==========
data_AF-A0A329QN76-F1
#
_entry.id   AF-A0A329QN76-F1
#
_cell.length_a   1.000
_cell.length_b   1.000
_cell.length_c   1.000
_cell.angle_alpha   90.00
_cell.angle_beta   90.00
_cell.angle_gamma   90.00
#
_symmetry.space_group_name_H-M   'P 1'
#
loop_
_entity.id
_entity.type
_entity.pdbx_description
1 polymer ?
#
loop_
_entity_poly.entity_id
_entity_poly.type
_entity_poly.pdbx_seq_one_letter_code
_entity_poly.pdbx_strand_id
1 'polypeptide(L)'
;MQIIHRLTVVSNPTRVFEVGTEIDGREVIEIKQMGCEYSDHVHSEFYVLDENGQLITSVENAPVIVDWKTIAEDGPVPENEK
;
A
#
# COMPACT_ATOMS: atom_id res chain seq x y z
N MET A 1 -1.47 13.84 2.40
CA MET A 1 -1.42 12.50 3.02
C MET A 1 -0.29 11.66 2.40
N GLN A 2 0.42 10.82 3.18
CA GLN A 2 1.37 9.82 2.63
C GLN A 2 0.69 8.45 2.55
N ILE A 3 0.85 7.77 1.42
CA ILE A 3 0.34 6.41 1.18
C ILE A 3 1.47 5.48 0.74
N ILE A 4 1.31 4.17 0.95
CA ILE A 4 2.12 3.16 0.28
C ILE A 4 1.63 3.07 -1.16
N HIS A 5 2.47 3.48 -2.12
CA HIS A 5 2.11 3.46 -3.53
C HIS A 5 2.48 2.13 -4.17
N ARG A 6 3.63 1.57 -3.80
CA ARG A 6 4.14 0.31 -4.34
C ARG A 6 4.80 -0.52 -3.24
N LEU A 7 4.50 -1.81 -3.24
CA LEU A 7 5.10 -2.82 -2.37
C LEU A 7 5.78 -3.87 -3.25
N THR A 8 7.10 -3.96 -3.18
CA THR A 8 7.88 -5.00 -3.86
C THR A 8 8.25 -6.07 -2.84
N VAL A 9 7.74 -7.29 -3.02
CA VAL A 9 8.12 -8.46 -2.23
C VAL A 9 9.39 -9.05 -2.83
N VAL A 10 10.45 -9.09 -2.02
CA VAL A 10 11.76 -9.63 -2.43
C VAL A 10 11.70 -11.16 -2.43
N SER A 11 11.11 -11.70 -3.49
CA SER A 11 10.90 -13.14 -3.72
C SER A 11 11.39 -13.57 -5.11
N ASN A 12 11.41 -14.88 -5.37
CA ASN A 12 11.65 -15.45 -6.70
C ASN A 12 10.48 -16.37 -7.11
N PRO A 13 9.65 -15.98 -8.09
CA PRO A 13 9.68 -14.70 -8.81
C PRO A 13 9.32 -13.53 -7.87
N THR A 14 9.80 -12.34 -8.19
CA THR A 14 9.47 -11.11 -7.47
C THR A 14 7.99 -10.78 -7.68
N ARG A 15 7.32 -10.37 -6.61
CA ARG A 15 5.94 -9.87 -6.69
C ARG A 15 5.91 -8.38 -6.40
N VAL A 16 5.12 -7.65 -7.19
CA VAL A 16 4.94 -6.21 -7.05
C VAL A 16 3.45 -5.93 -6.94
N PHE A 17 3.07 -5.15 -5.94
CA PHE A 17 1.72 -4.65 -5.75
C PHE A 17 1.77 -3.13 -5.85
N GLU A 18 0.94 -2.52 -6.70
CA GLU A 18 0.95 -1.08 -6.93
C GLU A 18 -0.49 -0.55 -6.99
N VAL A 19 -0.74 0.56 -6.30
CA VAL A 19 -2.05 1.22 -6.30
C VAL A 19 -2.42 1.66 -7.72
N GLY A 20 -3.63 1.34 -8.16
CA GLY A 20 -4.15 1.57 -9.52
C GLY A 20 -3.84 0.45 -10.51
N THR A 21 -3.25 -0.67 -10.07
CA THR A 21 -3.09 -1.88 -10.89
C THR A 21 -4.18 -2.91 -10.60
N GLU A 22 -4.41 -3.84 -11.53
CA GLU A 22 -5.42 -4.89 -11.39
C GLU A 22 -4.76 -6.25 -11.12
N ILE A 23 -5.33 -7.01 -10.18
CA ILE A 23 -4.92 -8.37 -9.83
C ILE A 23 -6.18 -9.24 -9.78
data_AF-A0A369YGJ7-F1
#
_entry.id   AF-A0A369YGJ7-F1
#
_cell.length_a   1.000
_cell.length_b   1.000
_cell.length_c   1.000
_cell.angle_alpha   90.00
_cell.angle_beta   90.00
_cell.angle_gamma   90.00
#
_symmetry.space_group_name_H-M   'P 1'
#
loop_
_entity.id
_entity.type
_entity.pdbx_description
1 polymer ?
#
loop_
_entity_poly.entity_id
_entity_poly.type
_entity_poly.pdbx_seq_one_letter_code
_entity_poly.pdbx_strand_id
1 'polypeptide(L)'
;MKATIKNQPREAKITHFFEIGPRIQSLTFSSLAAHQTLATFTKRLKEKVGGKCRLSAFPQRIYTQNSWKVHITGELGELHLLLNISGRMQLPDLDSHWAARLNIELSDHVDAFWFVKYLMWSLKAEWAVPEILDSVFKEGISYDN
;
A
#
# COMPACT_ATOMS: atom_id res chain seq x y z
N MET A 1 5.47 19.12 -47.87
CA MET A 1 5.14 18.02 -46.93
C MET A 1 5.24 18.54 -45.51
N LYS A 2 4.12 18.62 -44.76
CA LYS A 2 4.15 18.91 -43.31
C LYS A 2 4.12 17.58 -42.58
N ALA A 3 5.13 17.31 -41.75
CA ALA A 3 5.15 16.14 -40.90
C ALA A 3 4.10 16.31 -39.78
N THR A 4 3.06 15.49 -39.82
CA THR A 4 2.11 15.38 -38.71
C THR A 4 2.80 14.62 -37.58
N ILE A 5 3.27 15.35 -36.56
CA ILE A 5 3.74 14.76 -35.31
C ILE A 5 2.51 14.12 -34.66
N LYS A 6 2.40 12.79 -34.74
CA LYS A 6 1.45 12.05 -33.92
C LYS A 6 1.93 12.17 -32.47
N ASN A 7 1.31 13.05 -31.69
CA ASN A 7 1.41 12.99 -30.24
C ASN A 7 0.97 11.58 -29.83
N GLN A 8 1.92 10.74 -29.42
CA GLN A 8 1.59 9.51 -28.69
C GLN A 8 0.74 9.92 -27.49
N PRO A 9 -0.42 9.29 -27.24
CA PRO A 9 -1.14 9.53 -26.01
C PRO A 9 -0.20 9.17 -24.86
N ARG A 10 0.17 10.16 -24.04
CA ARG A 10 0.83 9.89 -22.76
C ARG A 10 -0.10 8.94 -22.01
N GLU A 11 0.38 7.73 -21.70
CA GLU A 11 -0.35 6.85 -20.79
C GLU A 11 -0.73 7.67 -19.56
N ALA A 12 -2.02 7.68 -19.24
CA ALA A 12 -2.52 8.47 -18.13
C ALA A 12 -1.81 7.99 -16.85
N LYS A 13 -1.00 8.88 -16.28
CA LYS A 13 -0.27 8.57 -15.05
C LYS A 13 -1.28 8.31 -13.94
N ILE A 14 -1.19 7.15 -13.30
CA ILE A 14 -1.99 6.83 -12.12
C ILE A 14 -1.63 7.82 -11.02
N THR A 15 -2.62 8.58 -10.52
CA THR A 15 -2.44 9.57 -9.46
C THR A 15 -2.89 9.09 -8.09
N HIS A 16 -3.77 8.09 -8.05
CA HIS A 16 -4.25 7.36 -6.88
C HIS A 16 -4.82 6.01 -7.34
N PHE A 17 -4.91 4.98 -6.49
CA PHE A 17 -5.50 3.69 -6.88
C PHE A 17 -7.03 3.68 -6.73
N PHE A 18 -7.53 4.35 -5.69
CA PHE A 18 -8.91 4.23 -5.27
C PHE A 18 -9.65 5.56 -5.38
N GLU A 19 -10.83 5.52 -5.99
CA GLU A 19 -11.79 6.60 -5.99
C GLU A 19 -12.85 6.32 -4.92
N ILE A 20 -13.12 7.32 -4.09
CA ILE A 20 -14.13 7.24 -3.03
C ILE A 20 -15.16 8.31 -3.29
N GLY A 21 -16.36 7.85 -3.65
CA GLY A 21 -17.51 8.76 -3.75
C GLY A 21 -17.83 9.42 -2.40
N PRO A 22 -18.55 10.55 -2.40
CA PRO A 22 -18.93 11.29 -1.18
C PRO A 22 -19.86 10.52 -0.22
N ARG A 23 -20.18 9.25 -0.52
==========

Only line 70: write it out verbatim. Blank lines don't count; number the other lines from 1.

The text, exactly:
N THR A 14 9.80 -12.34 -8.19